The North Atlantic is characterized by diatom-dominated spring blooms that results in significant transfer of carbon to higher trophic levels and the deep ocean. These blooms are terminated by limiting silicate concentrations in summer.
Numerous regional studies have demonstrated phytoplankton community shifts to lightly-silicified diatoms and non-silicifying plankton at the onset of silicate limitation. However, to understand basin-scale patterns in ecosystem and climate dynamics, nutrient inventories must be examined over sufficient temporal and spatial scales. Here we show, from a new comprehensive compilation of data from the subpolar Atlantic Ocean, clear evidence of a marked pre-bloom silicate decline of 1.5–2 µM throughout the winter mixed layer during the last 25 years. This silicate decrease is primarily attributed to natural multi-decadal variability through decreased winter convection depths since the mid-1990s, a weakening and retraction of the subpolar gyre and an associated increased influence of nutrient-poor water of subtropical origin. Reduced Arctic silicate import and the projected hemispheric-scale climate change-induced weakening of vertical mixing may have acted to amplify the recent decline.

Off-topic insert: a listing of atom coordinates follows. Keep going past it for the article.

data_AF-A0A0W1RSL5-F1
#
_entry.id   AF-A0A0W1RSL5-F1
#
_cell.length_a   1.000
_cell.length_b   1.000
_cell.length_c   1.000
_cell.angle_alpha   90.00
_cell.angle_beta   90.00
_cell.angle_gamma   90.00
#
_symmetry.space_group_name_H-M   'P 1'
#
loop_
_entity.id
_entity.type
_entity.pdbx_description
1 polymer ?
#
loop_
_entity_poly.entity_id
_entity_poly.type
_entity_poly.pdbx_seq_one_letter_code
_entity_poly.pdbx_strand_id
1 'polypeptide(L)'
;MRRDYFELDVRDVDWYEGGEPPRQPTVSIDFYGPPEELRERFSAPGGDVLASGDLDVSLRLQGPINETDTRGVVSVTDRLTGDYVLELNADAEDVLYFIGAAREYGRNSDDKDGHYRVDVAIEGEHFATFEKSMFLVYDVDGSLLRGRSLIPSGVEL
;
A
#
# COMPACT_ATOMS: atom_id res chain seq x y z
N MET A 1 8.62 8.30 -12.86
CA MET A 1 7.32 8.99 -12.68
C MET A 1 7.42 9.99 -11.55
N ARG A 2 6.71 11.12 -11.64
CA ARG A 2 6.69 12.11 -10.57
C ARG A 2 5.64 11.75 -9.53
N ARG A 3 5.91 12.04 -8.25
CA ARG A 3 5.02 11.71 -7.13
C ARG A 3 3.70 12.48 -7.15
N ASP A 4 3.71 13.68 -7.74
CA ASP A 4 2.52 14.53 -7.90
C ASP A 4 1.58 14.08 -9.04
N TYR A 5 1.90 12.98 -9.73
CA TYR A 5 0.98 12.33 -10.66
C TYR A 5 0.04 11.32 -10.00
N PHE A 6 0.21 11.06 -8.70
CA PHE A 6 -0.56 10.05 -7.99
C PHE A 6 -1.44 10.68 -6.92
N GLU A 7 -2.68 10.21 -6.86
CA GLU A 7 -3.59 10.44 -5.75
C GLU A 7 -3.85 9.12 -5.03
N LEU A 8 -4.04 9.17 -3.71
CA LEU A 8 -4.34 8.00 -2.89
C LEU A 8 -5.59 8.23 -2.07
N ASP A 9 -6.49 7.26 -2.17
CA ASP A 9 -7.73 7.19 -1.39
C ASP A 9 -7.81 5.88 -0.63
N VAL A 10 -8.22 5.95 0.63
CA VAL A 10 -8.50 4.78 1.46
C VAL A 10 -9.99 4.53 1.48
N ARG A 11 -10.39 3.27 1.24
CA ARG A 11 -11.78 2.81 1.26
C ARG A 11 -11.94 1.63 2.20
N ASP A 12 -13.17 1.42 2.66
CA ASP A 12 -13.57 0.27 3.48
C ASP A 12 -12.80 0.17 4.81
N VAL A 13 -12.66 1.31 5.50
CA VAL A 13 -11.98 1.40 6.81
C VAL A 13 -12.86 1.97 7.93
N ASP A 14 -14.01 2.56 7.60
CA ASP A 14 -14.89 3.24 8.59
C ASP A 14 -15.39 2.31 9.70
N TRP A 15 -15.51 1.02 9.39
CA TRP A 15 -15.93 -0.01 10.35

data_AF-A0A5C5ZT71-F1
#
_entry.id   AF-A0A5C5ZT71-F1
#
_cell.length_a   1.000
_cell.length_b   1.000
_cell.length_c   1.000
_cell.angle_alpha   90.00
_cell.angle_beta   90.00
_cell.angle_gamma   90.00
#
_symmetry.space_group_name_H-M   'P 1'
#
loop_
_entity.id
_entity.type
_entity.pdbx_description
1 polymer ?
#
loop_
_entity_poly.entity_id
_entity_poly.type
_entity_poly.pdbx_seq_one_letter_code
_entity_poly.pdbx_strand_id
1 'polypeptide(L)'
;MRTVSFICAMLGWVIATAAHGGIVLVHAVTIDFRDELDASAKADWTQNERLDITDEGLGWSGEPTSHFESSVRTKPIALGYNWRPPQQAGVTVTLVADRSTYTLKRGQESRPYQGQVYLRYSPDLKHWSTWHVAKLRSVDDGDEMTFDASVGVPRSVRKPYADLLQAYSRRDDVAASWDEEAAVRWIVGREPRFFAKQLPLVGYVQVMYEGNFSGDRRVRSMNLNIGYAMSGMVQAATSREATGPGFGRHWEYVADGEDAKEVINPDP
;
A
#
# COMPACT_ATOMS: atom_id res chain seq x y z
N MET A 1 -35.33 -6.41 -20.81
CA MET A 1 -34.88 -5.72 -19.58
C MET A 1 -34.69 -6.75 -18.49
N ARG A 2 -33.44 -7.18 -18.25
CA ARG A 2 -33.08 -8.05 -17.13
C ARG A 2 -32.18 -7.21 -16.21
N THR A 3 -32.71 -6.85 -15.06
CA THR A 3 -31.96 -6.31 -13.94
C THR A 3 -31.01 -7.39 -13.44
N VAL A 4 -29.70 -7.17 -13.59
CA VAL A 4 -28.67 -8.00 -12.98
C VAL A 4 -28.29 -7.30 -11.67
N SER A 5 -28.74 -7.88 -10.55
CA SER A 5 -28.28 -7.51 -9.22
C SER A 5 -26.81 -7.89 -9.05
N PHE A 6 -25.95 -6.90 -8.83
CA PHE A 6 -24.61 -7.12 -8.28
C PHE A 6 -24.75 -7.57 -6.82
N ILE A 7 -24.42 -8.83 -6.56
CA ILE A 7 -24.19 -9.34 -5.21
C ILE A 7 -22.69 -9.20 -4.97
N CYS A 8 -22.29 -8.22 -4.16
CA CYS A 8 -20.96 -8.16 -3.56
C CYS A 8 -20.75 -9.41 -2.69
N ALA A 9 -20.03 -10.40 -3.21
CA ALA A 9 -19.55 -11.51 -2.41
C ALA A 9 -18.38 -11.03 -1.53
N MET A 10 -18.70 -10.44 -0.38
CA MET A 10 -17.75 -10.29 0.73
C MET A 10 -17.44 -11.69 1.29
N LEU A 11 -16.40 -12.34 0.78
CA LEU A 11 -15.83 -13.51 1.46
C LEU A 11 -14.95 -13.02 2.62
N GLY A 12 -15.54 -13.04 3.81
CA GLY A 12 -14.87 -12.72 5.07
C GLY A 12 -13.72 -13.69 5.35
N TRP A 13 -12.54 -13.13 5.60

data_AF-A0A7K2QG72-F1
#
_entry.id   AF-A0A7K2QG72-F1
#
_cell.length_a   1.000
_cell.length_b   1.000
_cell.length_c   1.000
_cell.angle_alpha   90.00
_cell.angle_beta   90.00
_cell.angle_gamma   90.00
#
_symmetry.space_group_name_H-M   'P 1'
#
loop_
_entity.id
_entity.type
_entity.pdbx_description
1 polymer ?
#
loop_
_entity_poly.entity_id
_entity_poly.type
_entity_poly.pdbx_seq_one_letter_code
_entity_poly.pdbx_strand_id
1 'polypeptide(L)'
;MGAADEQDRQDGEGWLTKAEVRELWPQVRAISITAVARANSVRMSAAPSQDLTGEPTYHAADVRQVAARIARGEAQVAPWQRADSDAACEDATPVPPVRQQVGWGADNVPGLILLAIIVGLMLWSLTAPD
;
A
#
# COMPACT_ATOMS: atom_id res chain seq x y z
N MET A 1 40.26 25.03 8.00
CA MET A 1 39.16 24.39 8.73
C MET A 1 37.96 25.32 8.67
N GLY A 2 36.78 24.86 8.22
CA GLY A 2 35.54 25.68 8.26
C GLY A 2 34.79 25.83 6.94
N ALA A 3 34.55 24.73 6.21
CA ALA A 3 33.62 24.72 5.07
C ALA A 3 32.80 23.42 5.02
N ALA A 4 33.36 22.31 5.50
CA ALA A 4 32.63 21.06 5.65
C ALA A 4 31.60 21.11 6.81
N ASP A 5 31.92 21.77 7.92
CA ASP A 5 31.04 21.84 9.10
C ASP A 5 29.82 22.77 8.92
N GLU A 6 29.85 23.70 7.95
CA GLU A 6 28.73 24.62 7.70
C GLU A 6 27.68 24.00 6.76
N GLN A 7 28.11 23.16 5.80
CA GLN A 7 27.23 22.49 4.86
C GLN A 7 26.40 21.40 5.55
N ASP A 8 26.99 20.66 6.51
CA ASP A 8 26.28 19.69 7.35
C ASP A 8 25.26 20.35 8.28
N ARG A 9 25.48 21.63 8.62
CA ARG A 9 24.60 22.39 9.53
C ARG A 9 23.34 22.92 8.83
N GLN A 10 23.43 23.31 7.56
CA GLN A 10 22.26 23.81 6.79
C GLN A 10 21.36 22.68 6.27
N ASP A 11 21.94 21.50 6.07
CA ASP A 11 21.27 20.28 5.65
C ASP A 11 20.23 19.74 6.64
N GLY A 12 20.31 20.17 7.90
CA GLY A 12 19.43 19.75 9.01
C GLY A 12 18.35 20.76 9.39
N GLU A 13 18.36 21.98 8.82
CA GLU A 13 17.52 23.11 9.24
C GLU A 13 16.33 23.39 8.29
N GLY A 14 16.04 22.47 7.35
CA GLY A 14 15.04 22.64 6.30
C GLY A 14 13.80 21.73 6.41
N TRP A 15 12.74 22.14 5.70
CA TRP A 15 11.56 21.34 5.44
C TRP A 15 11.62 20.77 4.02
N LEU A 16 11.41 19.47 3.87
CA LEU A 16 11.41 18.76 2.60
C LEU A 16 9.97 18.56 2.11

These marked fluctuations in pre-bloom silicate inventories will likely have important consequences for the spatial and temporal extent of diatom blooms, thus impacting ecosystem productivity and ocean-atmosphere climate dynamics.